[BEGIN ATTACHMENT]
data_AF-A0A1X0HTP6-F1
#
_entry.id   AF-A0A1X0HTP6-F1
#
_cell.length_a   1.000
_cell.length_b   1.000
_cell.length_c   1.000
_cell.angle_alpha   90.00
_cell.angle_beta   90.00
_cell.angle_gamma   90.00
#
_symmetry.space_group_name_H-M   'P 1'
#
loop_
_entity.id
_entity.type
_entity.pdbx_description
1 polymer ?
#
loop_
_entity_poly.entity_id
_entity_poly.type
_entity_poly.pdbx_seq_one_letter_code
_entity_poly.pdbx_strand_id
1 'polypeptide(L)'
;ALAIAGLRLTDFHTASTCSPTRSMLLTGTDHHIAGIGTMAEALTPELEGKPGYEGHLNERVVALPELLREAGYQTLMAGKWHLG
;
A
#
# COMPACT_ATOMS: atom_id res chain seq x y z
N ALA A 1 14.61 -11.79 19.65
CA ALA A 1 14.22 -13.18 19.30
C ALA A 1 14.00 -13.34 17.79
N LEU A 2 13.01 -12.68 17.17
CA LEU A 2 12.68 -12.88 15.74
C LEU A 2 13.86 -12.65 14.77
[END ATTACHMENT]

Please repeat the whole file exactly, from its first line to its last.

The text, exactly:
data_AF-A0A1X0HTP6-F1
#
_entry.id   AF-A0A1X0HTP6-F1
#
_cell.length_a   1.000
_cell.length_b   1.000
_cell.length_c   1.000
_cell.angle_alpha   90.00
_cell.angle_beta   90.00
_cell.angle_gamma   90.00
#
_symmetry.space_group_name_H-M   'P 1'
#
loop_
_entity.id
_entity.type
_entity.pdbx_description
1 polymer ?
#
loop_
_entity_poly.entity_id
_entity_poly.type
_entity_poly.pdbx_seq_one_letter_code
_entity_poly.pdbx_strand_id
1 'polypeptide(L)'
;ALAIAGLRLTDFHTASTCSPTRSMLLTGTDHHIAGIGTMAEALTPELEGKPGYEGHLNERVVALPELLREAGYQTLMAGKWHLG
;
A
#
# COMPACT_ATOMS: atom_id res chain seq x y z
N ALA A 1 14.61 -11.79 19.65
CA ALA A 1 14.22 -13.18 19.30
C ALA A 1 14.00 -13.34 17.79
N LEU A 2 13.01 -12.68 17.17
CA LEU A 2 12.68 -12.88 15.74
C LEU A 2 13.86 -12.65 14.77